Resume Magic Part II – Accomplishments vs. ResponsibilitiesPosted: December 22, 2013
You’ve been working on creating the perfect resume. But something seems to be missing. What is it?
For most resumes that I see, what is missing is context. Someone tells me they managed this, or implemented that, but there is nothing to suggest that they managed it well or implemented it successfully. Without the context, their “responsibilities” are empty statements.
A list of accomplishments tells the recruiter what you’ve done and how successful you’ve been. The theory is: what I’ve accomplished for my prior organizations, I can accomplish for you. The good news is that theory often holds up.
Rather than highlight your career and various functions you’ve been responsible for, your resume needs to quantify what you’ve accomplished. Your resume might say “Responsible for managing a staff of 14 with an operating budget of $500,000”, but what it does not say is if you did those things well. If instead it said “Successfully managed a staff of 14 with an operating budget of $500,000 with turnover substantially below the organizational average and expenses within budget” then we’d know a lot more about you.
Showing that you’ve improved operating margins by X percent or reduced expenses by $xxx gives context to your statements. Tell the recruiter how much you increased sales or profits, reduced expenses, expanded market share, etc. That is what will open their eyes, and get you the interview.
Here are a few more resume guidelines to consider:
When emailing your resume, send it in a PDF format rather than in Word (or your word processor’s format). This will ensure that it looks like you want it to, rather than how their word processor formats it. This also avoids problems if you have a newer version or an incompatible software. (There are several free software packages to publish your documents as PDFs.)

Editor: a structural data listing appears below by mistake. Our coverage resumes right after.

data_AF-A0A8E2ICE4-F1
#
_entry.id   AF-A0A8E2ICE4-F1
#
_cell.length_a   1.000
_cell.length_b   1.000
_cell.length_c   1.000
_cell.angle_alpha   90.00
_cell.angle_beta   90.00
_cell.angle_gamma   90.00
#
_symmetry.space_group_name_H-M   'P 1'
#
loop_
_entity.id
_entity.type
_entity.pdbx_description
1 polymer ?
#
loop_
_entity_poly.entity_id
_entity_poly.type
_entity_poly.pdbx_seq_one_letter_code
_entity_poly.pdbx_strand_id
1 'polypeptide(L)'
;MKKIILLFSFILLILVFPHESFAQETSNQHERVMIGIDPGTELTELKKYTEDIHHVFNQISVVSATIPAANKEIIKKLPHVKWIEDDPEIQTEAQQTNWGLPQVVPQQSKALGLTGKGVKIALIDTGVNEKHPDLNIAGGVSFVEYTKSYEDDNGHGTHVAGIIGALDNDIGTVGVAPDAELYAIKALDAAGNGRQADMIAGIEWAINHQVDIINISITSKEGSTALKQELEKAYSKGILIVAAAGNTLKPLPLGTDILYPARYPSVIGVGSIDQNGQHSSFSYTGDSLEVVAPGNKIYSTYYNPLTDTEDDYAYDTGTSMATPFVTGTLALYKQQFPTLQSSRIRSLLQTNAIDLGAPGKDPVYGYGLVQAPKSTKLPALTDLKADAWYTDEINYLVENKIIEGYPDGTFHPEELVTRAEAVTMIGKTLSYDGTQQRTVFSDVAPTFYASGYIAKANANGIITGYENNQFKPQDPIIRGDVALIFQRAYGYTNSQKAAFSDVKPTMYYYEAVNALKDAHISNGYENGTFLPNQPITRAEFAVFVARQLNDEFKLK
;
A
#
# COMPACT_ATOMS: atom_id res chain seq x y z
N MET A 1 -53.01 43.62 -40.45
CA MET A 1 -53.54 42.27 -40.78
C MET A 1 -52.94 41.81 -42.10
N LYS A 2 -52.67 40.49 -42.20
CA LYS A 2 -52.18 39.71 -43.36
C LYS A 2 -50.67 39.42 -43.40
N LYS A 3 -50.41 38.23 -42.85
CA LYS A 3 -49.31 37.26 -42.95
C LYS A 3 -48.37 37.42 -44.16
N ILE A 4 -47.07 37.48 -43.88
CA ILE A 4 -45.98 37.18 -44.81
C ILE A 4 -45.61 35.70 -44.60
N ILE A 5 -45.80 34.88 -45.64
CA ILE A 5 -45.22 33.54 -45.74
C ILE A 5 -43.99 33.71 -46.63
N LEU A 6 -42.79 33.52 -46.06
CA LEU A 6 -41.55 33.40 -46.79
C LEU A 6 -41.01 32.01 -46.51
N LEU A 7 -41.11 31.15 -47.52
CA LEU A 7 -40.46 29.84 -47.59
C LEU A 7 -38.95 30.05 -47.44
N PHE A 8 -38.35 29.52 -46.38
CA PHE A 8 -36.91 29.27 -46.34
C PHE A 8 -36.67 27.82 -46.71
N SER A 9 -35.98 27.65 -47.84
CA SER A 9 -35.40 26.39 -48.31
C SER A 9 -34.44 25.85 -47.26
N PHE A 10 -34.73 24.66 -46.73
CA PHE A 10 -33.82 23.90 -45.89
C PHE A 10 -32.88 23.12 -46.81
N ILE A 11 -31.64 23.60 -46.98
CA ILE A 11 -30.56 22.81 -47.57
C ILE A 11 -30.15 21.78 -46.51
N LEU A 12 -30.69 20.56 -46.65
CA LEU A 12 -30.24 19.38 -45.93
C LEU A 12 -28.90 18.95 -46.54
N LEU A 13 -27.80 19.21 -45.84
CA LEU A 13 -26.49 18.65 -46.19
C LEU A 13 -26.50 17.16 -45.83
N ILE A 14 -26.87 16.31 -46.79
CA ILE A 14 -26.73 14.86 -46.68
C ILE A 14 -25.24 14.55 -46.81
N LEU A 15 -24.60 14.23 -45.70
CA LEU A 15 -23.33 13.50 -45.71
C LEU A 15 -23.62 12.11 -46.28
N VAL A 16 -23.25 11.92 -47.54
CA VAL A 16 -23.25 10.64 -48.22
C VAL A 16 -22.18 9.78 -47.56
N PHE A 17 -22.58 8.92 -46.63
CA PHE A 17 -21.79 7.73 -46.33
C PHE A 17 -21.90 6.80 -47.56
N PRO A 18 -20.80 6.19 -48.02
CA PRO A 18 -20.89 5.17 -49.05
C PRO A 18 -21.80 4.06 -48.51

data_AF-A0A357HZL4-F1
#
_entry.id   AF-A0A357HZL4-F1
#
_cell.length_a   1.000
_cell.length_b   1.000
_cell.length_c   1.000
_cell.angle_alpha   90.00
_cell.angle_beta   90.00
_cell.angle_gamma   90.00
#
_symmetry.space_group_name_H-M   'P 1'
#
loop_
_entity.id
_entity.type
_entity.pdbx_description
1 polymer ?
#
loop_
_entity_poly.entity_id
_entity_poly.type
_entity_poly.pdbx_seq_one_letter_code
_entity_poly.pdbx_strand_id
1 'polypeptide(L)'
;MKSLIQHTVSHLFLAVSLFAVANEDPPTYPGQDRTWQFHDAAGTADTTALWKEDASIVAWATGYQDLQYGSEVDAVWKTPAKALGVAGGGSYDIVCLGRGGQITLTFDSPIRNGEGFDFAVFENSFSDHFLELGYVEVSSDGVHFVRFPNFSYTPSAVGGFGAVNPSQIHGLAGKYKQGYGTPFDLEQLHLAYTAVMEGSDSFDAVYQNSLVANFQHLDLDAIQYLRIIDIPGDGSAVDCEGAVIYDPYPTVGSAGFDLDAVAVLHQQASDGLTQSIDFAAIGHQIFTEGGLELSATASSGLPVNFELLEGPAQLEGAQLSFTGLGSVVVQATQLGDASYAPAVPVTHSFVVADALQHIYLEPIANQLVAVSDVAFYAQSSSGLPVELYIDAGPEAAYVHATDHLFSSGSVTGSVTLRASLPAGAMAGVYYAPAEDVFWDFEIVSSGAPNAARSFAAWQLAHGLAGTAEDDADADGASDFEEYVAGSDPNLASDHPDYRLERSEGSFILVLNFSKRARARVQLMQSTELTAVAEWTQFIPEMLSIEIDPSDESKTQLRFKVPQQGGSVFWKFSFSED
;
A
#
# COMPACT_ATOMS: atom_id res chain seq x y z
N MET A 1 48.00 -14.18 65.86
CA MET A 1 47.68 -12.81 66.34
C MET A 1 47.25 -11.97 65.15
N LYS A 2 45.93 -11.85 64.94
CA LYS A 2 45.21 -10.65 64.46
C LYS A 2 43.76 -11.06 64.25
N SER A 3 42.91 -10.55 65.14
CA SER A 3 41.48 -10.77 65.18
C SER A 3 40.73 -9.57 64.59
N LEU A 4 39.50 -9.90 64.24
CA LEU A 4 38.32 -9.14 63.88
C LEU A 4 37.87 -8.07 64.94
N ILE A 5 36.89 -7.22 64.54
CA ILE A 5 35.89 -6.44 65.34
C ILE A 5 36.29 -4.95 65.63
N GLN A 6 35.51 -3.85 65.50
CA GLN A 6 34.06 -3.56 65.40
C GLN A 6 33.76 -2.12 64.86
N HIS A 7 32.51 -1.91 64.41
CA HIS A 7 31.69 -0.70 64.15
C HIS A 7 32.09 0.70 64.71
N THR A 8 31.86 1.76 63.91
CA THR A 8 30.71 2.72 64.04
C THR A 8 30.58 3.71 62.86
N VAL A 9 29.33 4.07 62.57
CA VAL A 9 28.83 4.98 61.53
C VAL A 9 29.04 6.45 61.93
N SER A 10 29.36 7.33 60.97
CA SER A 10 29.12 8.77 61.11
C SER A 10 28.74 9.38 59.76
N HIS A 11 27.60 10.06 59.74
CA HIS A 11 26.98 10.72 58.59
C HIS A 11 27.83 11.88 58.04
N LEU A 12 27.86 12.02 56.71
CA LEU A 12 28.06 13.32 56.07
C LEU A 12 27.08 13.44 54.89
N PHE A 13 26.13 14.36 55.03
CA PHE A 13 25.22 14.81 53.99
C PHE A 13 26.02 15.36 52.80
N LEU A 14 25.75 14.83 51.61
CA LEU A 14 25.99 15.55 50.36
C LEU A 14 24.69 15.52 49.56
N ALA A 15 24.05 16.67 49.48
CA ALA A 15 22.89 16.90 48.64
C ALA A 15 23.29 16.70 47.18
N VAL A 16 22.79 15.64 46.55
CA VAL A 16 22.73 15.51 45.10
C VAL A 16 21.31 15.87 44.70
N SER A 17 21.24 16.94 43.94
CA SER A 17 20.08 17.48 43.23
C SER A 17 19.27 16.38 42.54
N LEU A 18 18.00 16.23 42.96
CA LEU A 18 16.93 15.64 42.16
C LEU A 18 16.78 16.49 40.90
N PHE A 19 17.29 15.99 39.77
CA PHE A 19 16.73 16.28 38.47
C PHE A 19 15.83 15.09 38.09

While a well formatted resume is great, often times a company wants you to copy and paste your resume into a text box on their website. That typically means that all formatting is stripped away and your once beautiful resume is not very functional. So, keep a .txt version handy. After you’ve “finished” your resume, convert it to plain text and clean up the formatting so that it looks good again. This will ensure that those nasty uploads work well and still look good.
Back in the day when I was starting out we were taught to put a “Career Objective” as the first thing on our resume. We’d craft a bold statement like “To use my education and analytical skills to allow me to grow with a strong and forward looking company.” While that might have been good advice in the early ‘80s (emphasis on might have been) it’s not anymore. Now recruiters want to see a 2-3 sentence (or bullet points) elevator speech that tells them exactly who you are and why they need to read the rest of your resume. Words like proven, experienced, customer-focused, market leader, etc. show energy and drive. Craft your summary so it makes peoples say “wow, tell me more.”
I imagine some of you are shaking your head or rolling your eyes. I’ll admit, some of these suggestions are a lot easier for me to say than they are for you to do, but trust me, they work. If your word processing or editorial skills aren’t up to the task, get some help. Find a friend who can help. If necessary, use a consultant. But if you get help, make sure they give you “your” resume and not “theirs”. Make sure it reflects you, because that’s what you’ve got to sell when you land that interview.
A great resume can open doors. Spend some time on yours and you’ll get more interviews, which will lead to getting the job. Happy Holidays!